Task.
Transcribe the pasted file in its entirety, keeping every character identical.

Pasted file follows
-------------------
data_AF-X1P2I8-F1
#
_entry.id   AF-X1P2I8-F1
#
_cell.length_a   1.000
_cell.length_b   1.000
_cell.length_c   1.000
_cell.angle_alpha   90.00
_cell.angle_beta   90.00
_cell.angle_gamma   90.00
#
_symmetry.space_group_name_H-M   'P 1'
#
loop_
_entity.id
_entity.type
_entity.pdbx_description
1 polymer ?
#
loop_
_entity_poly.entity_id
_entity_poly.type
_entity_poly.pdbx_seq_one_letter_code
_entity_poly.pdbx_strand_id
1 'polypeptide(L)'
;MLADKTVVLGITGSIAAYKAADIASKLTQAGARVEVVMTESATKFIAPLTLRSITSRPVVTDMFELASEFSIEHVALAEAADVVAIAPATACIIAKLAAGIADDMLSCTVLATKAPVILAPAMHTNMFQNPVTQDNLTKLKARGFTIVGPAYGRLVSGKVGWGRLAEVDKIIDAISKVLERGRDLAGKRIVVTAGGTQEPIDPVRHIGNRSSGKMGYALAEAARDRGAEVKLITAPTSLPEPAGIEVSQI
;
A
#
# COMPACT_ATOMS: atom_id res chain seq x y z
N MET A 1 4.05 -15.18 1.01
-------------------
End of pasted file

data_AF-X1P2I8-F1
#
_entry.id   AF-X1P2I8-F1
#
_cell.length_a   1.000
_cell.length_b   1.000
_cell.length_c   1.000
_cell.angle_alpha   90.00
_cell.angle_beta   90.00
_cell.angle_gamma   90.00
#
_symmetry.space_group_name_H-M   'P 1'
#
loop_
_entity.id
_entity.type
_entity.pdbx_description
1 polymer ?
#
loop_
_entity_poly.entity_id
_entity_poly.type
_entity_poly.pdbx_seq_one_letter_code
_entity_poly.pdbx_strand_id
1 'polypeptide(L)'
;MLADKTVVLGITGSIAAYKAADIASKLTQAGARVEVVMTESATKFIAPLTLRSITSRPVVTDMFELASEFSIEHVALAEAADVVAIAPATACIIAKLAAGIADDMLSCTVLATKAPVILAPAMHTNMFQNPVTQDNLTKLKARGFTIVGPAYGRLVSGKVGWGRLAEVDKIIDAISKVLERGRDLAGKRIVVTAGGTQEPIDPVRHIGNRSSGKMGYALAEAARDRGAEVKLITAPTSLPEPAGIEVSQI
;
A
#
# COMPACT_ATOMS: atom_id res chain seq x y z
N MET A 1 4.05 -15.18 1.01